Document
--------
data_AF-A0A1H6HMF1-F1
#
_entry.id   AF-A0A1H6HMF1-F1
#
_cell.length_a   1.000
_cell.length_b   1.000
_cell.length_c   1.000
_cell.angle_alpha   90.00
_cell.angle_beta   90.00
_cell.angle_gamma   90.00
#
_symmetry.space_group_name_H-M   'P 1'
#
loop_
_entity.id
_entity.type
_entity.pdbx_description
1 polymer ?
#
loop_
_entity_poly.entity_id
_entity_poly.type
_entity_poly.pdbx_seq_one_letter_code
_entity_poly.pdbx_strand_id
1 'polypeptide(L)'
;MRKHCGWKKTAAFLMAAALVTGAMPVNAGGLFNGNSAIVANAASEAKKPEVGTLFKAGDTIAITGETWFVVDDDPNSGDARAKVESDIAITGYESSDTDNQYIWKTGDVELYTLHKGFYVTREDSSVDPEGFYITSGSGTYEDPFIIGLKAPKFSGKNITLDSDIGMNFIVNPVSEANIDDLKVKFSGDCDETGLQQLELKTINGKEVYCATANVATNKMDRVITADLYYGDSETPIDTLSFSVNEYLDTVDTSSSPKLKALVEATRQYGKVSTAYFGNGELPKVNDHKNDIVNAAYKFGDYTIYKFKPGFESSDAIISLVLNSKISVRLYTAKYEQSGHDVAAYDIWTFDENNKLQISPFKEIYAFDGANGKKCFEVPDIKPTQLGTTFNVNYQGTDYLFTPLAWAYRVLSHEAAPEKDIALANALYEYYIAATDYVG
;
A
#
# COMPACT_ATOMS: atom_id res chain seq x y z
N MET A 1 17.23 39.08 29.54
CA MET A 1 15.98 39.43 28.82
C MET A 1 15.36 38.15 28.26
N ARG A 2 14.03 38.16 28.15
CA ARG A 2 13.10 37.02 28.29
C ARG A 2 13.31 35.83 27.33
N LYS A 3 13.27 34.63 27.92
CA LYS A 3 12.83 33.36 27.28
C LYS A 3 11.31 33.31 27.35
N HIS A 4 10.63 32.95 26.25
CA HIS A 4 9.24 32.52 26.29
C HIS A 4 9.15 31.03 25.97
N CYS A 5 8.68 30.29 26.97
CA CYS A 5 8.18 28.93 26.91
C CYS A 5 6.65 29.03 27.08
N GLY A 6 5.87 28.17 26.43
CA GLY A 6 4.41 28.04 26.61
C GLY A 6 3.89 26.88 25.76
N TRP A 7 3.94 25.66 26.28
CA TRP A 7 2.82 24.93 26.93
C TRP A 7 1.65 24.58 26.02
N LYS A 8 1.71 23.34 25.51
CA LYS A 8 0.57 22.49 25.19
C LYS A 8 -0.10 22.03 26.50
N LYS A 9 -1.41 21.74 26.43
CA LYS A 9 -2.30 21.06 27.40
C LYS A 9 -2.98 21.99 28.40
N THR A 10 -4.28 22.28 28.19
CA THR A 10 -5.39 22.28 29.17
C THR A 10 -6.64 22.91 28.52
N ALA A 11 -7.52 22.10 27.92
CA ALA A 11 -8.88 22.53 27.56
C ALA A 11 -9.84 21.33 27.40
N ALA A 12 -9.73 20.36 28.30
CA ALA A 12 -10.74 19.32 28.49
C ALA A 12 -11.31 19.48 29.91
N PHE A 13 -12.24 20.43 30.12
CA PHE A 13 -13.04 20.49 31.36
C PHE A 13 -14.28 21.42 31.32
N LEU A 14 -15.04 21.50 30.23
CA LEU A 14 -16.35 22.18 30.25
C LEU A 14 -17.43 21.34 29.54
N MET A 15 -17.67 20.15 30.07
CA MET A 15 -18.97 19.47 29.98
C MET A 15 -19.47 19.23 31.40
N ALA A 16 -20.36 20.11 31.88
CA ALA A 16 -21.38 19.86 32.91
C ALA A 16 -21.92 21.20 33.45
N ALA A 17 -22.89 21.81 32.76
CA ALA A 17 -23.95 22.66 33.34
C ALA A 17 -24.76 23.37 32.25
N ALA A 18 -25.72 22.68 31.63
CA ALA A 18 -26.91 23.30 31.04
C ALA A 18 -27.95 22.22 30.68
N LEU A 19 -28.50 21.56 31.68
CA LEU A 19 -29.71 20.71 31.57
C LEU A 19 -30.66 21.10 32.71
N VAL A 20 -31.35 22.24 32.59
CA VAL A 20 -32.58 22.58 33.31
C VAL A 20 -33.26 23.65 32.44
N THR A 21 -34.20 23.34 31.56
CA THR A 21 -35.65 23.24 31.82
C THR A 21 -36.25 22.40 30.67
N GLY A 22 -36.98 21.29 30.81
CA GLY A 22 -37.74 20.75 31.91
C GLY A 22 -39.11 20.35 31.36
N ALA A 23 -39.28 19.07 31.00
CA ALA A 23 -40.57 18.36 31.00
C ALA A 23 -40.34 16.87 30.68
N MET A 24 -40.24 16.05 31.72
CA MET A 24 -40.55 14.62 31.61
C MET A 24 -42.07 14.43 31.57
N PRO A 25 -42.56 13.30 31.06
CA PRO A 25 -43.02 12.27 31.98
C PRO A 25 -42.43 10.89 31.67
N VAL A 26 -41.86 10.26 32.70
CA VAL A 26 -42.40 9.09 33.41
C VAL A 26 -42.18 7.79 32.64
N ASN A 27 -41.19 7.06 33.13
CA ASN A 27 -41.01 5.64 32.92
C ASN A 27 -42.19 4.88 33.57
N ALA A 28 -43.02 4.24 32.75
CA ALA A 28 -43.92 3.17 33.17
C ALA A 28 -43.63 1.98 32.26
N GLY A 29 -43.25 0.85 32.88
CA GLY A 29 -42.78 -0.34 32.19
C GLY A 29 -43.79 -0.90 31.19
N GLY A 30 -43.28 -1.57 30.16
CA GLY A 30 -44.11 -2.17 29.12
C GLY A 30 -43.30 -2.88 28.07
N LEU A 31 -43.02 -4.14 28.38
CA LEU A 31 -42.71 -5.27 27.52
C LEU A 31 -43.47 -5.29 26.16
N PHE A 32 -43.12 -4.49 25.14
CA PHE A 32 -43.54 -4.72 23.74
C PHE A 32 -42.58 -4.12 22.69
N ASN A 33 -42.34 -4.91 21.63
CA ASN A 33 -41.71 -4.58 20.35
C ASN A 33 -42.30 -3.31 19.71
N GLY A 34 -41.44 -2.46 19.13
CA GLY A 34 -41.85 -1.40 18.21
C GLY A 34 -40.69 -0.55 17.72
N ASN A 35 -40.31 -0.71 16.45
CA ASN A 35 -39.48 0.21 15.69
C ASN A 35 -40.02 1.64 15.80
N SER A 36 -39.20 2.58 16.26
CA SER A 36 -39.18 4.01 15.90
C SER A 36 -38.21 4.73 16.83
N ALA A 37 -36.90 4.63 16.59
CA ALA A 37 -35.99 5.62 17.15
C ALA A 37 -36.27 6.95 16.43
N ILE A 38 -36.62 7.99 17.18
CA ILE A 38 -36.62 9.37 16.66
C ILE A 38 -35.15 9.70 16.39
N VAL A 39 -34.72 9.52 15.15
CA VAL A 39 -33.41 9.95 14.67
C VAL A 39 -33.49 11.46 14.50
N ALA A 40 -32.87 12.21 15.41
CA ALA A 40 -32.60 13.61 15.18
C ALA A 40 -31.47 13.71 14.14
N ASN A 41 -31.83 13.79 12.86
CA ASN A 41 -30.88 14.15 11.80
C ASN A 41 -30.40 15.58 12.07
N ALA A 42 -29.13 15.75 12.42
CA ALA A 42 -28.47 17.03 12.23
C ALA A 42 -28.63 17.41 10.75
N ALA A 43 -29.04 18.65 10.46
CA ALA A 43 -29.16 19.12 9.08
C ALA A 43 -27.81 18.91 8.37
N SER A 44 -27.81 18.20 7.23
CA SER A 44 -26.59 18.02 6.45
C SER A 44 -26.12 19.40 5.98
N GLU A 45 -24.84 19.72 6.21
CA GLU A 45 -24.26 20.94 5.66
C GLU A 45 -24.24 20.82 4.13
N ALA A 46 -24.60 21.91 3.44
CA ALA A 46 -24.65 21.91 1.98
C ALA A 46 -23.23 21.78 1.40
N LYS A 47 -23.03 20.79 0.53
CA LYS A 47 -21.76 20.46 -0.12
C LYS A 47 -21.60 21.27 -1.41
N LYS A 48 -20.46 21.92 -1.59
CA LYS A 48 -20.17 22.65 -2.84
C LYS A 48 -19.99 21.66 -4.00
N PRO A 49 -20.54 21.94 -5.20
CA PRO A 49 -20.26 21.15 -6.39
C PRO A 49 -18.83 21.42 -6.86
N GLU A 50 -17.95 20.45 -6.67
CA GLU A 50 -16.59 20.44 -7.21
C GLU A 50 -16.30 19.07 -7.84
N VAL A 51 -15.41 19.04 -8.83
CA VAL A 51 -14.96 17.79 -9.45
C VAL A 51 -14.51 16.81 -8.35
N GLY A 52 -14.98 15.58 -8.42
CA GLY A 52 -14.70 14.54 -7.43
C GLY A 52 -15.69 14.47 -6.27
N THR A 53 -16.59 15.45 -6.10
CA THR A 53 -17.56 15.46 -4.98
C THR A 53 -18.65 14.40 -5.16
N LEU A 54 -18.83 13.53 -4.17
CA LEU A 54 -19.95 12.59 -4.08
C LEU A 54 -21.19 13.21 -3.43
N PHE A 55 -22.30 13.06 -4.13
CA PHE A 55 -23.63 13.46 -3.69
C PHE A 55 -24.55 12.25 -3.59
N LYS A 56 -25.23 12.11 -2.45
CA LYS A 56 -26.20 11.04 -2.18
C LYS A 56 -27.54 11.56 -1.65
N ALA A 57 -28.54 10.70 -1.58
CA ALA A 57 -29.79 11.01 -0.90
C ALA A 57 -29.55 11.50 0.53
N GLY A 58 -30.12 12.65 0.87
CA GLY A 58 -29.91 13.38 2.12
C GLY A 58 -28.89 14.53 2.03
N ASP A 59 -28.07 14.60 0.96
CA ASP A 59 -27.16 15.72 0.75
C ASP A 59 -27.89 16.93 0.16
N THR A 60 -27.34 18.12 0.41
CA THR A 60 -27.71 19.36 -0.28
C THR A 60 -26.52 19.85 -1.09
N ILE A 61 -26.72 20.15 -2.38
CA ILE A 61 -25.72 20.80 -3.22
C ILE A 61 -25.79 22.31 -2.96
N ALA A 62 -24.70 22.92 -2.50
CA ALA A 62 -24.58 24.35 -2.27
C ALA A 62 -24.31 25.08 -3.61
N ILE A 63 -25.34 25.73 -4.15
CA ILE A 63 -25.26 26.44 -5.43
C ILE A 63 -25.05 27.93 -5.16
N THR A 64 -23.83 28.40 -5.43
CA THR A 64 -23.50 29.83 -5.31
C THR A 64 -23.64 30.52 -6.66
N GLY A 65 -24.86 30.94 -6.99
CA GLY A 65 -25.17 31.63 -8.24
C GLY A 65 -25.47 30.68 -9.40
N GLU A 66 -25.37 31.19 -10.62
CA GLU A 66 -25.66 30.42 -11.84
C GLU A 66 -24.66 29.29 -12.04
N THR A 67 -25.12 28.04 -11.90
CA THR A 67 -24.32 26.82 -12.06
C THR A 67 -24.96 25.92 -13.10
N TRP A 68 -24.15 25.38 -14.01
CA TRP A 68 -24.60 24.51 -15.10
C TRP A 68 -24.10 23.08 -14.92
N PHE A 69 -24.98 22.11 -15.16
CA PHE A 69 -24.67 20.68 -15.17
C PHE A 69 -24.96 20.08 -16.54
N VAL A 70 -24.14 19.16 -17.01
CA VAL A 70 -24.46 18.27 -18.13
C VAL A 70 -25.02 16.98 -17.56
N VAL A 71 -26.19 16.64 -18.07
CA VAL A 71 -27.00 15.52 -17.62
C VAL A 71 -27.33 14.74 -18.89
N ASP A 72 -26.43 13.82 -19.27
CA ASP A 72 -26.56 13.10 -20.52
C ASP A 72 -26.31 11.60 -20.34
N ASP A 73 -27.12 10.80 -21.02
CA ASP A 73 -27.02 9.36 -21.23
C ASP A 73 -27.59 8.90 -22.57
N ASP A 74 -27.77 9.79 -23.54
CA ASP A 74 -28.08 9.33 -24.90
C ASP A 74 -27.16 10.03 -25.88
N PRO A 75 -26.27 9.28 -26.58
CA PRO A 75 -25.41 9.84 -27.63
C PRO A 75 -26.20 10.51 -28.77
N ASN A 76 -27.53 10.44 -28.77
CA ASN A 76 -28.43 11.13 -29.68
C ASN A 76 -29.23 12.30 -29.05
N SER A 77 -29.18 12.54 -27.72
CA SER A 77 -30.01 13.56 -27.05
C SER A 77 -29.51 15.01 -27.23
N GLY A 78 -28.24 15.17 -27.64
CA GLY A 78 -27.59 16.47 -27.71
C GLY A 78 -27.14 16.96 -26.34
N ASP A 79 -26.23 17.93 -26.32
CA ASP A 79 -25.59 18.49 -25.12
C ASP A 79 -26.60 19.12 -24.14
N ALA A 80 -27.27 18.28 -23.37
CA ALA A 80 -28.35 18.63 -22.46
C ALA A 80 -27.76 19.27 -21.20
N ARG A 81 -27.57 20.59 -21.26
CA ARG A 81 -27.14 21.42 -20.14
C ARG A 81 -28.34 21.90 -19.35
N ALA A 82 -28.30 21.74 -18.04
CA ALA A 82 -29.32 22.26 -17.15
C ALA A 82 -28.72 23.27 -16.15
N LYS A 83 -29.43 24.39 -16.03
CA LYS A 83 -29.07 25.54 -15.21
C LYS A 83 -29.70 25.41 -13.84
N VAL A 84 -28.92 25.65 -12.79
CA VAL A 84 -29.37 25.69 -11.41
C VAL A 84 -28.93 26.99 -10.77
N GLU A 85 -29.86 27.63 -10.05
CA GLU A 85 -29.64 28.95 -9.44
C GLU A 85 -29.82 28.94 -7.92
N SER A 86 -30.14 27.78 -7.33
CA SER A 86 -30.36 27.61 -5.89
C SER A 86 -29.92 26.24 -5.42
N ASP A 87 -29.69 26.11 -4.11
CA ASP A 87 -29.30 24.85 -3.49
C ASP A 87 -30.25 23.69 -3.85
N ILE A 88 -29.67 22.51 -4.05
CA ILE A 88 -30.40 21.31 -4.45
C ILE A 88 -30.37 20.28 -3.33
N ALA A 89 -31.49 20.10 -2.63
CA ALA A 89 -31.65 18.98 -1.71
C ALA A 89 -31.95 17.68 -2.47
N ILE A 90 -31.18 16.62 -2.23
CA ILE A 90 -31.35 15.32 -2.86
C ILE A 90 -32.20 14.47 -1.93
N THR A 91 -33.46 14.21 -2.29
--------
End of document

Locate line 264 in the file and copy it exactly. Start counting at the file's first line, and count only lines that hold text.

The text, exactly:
C GLY A 78 -27.14 16.96 -26.34